Why are there suddenly so many Indians on television?
By Nina Shen Rastogi
In part, it's a simple matter of demographics. Immigration from the subcontinent didn't begin in earnest until the late 1960s. So it's only now that U.S.-born Indians—who make up about half of the current crop of South Asian performers—are starting to gain a critical mass both in front of and behind the camera.
This, too, is at least partially a function of changing demographics. More Indians in the fabric of American life means we're more likely to be a source of inspiration for non-Indian writers, like the two Jewish guys from suburban New Jersey who wrote Harold and Kumar—the title characters are based on their friends.
But according to Karen Narasaki, who heads the Asian Pacific American Media Coalition, the rise in primetime Asians is also the result of advocacy. Her organization and its partners have been working with the networks to develop diversity initiatives for the past decade, ever since 1999's infamously "whitewashed" primetime season, in which not a single freshman show had a leading minority character.
All that talk of demographics is nice, but let's see what the actual numbers are:
It should be obvious where I'm going with this. Natives have been here for, well, forever, not just 50 years. They outnumber Indian Americans by roughly 2-1. At least a dozen TV shows have featured Indian Americans in supporting roles in recent years. But with a few minor exceptions, none have featured Natives.
Since the US Indian and "Indian" populations are similar, there's no good reason to have a dozen Indian Americans but no American Indians. I'd say it's happening because studio executives know the former group but not the latter. They're prejudiced for the people they're familiar with.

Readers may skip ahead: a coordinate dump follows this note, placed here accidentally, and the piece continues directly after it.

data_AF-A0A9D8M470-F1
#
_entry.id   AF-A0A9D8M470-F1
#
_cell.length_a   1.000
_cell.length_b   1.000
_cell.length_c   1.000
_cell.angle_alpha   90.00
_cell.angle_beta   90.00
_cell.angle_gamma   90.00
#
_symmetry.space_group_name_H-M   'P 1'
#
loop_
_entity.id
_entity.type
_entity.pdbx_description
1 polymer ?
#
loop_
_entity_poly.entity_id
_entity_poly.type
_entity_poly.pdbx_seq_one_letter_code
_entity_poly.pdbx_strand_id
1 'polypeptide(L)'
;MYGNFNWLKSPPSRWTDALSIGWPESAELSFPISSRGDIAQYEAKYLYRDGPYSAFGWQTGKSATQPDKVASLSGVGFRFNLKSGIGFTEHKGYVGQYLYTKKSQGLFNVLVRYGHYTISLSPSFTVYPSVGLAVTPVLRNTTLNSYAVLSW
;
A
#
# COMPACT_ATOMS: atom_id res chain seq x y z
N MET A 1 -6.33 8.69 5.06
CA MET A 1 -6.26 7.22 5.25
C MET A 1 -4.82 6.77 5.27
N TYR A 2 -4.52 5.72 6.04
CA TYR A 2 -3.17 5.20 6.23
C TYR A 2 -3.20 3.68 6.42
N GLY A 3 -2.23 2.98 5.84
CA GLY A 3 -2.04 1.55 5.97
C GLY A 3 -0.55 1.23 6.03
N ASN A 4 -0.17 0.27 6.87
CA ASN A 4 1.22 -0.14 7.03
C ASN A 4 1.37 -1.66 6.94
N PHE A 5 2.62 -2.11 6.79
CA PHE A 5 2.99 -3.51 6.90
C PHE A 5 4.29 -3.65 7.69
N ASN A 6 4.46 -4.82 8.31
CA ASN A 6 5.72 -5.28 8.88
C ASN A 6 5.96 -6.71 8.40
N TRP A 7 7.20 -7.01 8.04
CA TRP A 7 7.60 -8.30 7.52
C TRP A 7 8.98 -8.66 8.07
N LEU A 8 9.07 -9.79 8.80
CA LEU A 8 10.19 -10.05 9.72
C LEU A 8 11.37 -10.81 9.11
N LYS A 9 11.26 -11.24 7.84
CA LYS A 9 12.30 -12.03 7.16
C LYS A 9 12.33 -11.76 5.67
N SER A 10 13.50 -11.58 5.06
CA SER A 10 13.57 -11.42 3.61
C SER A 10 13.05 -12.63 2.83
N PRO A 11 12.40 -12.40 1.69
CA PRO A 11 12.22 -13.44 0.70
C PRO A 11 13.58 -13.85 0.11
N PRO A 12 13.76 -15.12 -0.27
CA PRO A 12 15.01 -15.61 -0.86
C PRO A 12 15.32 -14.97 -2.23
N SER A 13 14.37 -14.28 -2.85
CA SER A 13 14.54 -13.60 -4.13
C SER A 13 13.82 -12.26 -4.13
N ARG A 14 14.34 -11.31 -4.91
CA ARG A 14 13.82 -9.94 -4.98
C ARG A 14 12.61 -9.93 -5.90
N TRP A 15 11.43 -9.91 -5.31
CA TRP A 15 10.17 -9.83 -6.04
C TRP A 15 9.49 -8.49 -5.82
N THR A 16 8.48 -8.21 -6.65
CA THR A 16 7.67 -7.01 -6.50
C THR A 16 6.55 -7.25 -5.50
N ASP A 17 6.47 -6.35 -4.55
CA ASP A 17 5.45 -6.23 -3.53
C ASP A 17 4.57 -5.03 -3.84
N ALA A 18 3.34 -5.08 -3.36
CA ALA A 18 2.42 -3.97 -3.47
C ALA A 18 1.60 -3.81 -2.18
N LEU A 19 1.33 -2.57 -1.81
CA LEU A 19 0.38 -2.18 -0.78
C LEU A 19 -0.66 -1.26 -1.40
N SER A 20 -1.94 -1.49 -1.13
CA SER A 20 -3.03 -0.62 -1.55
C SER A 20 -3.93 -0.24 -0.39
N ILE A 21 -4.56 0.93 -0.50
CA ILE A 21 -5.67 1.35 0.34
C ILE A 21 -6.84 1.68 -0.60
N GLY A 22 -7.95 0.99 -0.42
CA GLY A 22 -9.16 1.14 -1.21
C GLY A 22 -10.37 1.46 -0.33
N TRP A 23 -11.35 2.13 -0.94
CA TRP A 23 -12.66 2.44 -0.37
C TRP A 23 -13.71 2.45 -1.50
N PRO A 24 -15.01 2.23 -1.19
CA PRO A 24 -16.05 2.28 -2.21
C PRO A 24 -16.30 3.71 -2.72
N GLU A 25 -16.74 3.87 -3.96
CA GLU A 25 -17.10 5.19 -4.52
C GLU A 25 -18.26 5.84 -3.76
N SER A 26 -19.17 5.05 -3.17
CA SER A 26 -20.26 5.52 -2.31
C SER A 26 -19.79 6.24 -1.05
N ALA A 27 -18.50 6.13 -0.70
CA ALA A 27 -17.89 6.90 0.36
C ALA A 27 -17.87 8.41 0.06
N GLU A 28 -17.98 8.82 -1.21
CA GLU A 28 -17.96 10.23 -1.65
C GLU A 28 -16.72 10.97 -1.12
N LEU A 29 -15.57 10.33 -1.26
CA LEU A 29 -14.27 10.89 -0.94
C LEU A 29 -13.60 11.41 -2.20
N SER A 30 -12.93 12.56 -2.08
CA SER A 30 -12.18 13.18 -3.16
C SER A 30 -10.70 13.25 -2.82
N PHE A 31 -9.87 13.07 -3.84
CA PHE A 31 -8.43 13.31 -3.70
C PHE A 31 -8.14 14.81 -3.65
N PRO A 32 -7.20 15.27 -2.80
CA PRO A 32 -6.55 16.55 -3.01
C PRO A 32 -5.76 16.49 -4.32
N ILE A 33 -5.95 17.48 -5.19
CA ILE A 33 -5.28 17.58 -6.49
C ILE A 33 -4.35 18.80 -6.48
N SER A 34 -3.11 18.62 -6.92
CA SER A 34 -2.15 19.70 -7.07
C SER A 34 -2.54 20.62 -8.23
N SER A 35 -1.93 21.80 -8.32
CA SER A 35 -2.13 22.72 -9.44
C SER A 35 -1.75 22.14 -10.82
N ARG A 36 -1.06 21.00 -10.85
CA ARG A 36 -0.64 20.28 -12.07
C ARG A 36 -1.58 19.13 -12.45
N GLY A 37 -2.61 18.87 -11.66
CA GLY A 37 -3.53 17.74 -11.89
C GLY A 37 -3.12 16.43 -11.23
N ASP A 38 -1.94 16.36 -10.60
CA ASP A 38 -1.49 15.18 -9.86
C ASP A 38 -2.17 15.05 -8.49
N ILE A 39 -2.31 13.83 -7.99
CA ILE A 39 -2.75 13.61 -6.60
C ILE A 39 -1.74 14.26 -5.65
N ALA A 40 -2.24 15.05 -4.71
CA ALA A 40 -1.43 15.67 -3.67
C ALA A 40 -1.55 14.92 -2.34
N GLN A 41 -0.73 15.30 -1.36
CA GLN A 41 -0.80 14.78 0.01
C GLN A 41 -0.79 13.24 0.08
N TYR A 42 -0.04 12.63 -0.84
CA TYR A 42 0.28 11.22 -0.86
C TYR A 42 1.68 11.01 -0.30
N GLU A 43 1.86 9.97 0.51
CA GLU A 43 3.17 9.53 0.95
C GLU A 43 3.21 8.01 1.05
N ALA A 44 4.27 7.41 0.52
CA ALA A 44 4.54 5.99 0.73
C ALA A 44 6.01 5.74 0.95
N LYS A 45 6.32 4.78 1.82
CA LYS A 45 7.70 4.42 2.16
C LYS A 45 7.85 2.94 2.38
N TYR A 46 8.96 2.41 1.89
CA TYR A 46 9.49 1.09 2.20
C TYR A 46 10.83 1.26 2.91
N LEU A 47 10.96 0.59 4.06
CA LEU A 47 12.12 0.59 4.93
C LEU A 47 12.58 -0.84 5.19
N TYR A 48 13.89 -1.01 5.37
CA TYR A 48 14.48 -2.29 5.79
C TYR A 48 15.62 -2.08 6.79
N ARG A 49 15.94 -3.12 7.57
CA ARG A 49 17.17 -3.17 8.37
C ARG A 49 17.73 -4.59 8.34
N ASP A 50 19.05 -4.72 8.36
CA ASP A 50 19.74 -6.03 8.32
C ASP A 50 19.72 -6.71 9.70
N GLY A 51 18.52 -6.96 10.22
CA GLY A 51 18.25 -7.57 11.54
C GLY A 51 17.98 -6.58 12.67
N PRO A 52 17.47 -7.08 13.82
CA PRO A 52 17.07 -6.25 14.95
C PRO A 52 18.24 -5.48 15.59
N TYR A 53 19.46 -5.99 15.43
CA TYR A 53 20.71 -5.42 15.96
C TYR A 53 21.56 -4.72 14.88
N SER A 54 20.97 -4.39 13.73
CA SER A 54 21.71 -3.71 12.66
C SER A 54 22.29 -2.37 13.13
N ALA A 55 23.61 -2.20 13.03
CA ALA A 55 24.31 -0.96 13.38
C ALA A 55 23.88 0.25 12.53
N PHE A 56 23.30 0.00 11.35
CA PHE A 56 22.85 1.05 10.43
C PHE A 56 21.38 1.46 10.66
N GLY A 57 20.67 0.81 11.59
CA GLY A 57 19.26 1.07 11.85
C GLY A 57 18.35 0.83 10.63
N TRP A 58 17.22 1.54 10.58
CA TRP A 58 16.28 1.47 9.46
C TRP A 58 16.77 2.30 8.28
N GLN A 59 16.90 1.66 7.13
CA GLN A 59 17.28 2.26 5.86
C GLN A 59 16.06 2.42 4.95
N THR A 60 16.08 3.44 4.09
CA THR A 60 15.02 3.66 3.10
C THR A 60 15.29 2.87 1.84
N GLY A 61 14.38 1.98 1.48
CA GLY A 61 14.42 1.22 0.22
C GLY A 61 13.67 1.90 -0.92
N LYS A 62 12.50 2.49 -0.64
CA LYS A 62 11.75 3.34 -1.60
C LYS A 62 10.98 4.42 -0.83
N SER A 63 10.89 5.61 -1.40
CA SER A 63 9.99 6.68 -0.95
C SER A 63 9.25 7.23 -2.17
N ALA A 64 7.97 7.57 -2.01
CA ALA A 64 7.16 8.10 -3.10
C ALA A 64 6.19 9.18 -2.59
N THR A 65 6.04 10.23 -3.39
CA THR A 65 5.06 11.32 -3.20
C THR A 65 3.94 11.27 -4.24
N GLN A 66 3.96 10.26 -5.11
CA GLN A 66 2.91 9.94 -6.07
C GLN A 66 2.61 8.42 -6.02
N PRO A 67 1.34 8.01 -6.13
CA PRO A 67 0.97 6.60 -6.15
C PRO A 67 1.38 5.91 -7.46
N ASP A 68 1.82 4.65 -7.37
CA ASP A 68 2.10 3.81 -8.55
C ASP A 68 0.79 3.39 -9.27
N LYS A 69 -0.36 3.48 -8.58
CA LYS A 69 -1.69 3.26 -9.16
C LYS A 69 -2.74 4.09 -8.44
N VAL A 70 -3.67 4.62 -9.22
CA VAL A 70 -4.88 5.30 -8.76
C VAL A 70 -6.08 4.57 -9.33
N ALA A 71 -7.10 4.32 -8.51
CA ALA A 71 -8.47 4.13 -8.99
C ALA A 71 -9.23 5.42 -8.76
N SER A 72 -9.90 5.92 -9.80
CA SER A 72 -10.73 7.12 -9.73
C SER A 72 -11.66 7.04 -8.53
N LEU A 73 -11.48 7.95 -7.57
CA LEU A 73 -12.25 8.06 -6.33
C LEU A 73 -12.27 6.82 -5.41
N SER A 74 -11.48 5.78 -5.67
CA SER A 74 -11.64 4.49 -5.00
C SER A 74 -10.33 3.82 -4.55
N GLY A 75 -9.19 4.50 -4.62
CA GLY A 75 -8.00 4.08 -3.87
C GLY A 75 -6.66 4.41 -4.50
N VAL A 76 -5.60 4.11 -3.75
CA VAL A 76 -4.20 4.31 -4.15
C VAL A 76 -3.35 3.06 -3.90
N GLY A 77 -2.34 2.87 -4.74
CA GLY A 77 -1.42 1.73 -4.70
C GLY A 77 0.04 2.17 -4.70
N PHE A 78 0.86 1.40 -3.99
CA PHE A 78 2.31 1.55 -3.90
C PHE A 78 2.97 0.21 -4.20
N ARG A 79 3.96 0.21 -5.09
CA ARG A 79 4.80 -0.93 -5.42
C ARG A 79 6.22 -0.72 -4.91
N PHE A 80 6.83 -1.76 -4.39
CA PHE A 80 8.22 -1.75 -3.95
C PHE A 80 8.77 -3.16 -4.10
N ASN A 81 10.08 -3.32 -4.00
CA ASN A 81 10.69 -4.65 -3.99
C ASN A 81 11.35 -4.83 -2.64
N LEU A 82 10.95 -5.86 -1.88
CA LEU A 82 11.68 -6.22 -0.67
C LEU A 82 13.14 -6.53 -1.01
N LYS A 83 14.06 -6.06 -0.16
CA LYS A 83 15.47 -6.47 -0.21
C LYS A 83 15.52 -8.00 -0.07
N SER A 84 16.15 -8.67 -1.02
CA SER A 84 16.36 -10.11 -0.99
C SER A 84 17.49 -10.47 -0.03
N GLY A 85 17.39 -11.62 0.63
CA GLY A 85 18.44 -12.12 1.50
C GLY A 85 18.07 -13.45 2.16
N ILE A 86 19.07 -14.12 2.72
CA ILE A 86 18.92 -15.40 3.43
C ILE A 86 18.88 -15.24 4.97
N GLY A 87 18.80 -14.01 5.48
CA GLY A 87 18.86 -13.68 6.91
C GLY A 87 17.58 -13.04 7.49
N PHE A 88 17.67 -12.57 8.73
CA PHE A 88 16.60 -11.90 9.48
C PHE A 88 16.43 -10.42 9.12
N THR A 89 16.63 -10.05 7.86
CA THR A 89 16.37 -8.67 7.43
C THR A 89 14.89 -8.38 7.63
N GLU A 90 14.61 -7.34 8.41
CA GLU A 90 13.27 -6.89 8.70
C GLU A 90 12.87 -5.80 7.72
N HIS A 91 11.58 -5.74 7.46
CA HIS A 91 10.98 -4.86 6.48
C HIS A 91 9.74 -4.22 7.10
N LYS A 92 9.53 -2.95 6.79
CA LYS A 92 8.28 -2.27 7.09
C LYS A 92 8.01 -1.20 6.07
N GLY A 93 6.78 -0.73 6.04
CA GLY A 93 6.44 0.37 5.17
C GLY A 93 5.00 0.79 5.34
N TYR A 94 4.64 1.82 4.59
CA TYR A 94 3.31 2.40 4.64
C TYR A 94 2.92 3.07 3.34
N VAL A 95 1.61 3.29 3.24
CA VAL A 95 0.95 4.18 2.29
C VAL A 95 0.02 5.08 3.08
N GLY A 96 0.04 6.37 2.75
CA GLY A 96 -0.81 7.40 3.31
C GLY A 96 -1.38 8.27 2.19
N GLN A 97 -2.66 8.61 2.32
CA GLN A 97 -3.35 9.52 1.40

Indeed, executives are so comfortable with Asian Indians that they're casting them as American Indians. Tinsel Korey, for instance. Better a "nice" Asian Indian than an American Indian who may be drunk or violent or a troublemaker, right? Who knows whether a Native actor will show up with a head shot or a tomahawk?
Network TV sends message
All these TV shows are worth mentioning, but the network shows are especially telling. They have bigger audiences because they're universally available. And because they're advertiser-supported, they can't take as many risks. With casting or anything else. They're the best example of what Americans as a whole will accept as mass culture.
And what we're seeing is that Asian Indians are becoming acceptable. Perhaps on the way to becoming another "model minority." Which is odd because blacks are possibly the only minority that has reached parity in Hollywood. Latinos, Asians, and American Indians still are underrepresented.
I don't begrudge Asian Indians their success. I've seen a lot of Bollywood stars who seem more attractive, appealing, and charismatic than most Hollywood stars. I'd build some shows around them if I were an executive.
But I'm sure there are just as many American Indian actors who could carry a movie or TV show. Hollywood just has to give them a chance.
For more on the subject, see Asian Indians Slurred as American Indians and Minorities Aren't Quite American.